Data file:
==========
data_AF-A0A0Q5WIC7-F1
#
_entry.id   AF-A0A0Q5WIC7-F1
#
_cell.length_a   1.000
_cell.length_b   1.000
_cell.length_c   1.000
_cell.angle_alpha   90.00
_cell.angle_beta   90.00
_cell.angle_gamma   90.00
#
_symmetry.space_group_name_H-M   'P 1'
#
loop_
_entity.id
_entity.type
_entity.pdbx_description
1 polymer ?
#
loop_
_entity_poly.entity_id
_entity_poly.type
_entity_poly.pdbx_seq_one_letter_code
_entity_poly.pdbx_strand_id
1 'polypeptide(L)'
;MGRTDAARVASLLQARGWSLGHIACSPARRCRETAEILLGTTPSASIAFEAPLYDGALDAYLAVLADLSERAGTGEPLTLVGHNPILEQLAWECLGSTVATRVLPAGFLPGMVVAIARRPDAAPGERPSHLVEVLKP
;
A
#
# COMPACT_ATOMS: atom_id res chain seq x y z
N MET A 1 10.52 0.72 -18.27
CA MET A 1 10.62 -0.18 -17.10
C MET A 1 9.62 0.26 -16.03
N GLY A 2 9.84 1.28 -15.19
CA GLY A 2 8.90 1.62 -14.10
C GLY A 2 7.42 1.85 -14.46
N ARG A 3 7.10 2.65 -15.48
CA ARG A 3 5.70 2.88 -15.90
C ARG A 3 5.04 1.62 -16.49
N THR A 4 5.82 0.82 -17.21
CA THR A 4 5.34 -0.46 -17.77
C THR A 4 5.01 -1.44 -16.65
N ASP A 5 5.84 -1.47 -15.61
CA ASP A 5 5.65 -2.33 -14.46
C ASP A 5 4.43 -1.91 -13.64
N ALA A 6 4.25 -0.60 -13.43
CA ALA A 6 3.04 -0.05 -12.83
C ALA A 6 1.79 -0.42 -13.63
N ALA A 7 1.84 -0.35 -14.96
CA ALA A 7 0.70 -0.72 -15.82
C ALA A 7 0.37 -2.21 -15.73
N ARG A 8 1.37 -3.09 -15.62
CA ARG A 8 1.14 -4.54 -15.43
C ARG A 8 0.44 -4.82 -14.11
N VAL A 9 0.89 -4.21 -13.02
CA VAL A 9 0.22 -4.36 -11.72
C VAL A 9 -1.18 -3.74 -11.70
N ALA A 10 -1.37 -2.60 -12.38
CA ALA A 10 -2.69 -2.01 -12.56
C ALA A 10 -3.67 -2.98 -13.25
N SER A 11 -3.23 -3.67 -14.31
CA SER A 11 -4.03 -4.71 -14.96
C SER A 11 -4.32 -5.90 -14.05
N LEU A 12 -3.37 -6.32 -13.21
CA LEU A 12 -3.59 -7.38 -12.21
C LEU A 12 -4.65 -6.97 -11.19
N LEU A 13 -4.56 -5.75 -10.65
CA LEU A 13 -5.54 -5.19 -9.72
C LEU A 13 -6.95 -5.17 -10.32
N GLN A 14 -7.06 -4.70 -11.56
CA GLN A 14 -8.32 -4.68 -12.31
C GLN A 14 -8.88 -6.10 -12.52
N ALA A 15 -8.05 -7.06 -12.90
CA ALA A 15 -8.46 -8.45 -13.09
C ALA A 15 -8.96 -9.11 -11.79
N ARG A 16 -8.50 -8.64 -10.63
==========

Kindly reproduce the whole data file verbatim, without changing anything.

data_AF-A0A0Q5WIC7-F1
#
_entry.id   AF-A0A0Q5WIC7-F1
#
_cell.length_a   1.000
_cell.length_b   1.000
_cell.length_c   1.000
_cell.angle_alpha   90.00
_cell.angle_beta   90.00
_cell.angle_gamma   90.00
#
_symmetry.space_group_name_H-M   'P 1'
#
loop_
_entity.id
_entity.type
_entity.pdbx_description
1 polymer ?
#
loop_
_entity_poly.entity_id
_entity_poly.type
_entity_poly.pdbx_seq_one_letter_code
_entity_poly.pdbx_strand_id
1 'polypeptide(L)'
;MGRTDAARVASLLQARGWSLGHIACSPARRCRETAEILLGTTPSASIAFEAPLYDGALDAYLAVLADLSERAGTGEPLTLVGHNPILEQLAWECLGSTVATRVLPAGFLPGMVVAIARRPDAAPGERPSHLVEVLKP
;
A
#
# COMPACT_ATOMS: atom_id res chain seq x y z
N MET A 1 10.52 0.72 -18.27
CA MET A 1 10.62 -0.18 -17.10
C MET A 1 9.62 0.26 -16.03
N GLY A 2 9.84 1.28 -15.19
CA GLY A 2 8.90 1.62 -14.10
C GLY A 2 7.42 1.85 -14.46
N ARG A 3 7.10 2.65 -15.48
CA ARG A 3 5.70 2.88 -15.90
C ARG A 3 5.04 1.62 -16.49
N THR A 4 5.82 0.82 -17.21
CA THR A 4 5.34 -0.46 -17.77
C THR A 4 5.01 -1.44 -16.65
N ASP A 5 5.84 -1.47 -15.61
CA ASP A 5 5.65 -2.33 -14.46
C ASP A 5 4.43 -1.91 -13.64
N ALA A 6 4.25 -0.60 -13.43
CA ALA A 6 3.04 -0.05 -12.83
C ALA A 6 1.79 -0.42 -13.63
N ALA A 7 1.84 -0.35 -14.96
CA ALA A 7 0.70 -0.72 -15.82
C ALA A 7 0.37 -2.21 -15.73
N ARG A 8 1.37 -3.09 -15.62
CA ARG A 8 1.14 -4.54 -15.43
C ARG A 8 0.44 -4.82 -14.11
N VAL A 9 0.89 -4.21 -13.02
CA VAL A 9 0.22 -4.36 -11.72
C VAL A 9 -1.18 -3.74 -11.70
N ALA A 10 -1.37 -2.60 -12.38
CA ALA A 10 -2.69 -2.01 -12.56
C ALA A 10 -3.67 -2.98 -13.25
N SER A 11 -3.23 -3.67 -14.31
CA SER A 11 -4.03 -4.71 -14.96
C SER A 11 -4.32 -5.90 -14.05
N LEU A 12 -3.37 -6.32 -13.21
CA LEU A 12 -3.59 -7.38 -12.21
C LEU A 12 -4.65 -6.97 -11.19
N LEU A 13 -4.56 -5.75 -10.65
CA LEU A 13 -5.54 -5.19 -9.72
C LEU A 13 -6.95 -5.17 -10.32
N GLN A 14 -7.06 -4.70 -11.56
CA GLN A 14 -8.32 -4.68 -12.31
C GLN A 14 -8.88 -6.10 -12.52
N ALA A 15 -8.05 -7.06 -12.90
CA ALA A 15 -8.46 -8.45 -13.09
C ALA A 15 -8.96 -9.11 -11.79
N ARG A 16 -8.50 -8.64 -10.63